• Ongoing royalty fee:  5% (based on gross sales)
  • Profitability is impacted by numerous factors and we suggest prospects contact similar profile/market store locations to determine potential outcomes.
FC:  Can you name a few franchises (inside or outside your category) that you admire, and why?
MS:
  • UPS Store – They have a system that is extremely well aligned with corporate identity and runs like clockwork.  I believe they have done an amazing job connecting the retail brand to the corporate brand to leverage that universal identity.  I suspect that most people are not aware that UPS store locations are franchisee owned/operated.
  • TCBY – This brand was the pioneer in their market and have had to continually re-invent their model over time to maintain or recapture market share from new/innovative brands.  When I go into a new TCBY store, I really get the brand experience via a fresh new look that conveys the work this franchise has put in to stay relevant with their consumer.
FC:  What are your growth plans for Oil & Vinegar in 2012 and beyond?  How do you plan to achieve these targets?
Oil & Vinegar Tasting TableMS:  We are on target to open 5 more stores in 2012 and our plan is to open an additional 8 in 2013 in various markets, including an expansion to Western Canada.
We are seeing a significant number of new prospects surfacing after visiting one of our stores and becoming enamored with the uniqueness of our concept.   Our newest (3rd generation) store design is extremely compelling and a key to our continued success in this market.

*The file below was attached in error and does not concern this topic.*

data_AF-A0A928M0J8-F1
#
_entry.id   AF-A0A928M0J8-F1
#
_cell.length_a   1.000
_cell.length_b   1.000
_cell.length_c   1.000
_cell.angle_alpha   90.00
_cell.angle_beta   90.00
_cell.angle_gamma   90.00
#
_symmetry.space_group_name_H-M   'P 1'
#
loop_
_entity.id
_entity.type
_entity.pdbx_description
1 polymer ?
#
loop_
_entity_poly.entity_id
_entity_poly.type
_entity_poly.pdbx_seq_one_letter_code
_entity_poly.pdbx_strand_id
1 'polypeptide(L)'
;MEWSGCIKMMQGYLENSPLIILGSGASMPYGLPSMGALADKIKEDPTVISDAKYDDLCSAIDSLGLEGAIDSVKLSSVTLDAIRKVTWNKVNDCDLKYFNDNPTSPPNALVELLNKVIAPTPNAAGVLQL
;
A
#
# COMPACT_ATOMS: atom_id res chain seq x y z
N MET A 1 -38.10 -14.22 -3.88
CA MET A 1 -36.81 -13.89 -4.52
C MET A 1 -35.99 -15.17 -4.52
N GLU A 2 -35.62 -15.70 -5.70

There is a trend in the retail market going on now for “on-tap” oil and vinegar tasting bars.  We believe our concept stands out amongst our competition given our product selection and the vertical integration of our brand for the vast majority of our products.  Our goal is to have 95%+ of our line carrying our own Oil & Vinegar brand, which identifies the product as premium quality and connects back to the service we provide when shopping in our stores.



http://www.franchisechatter.com/2012/06/05/matt-stermer-ceo-of-oil-vinegar-usa-our-mission-is-to-be-the-consumers-first-choice-when-looking-for-a-unique-and-tasteful-gift-for-any-occasion/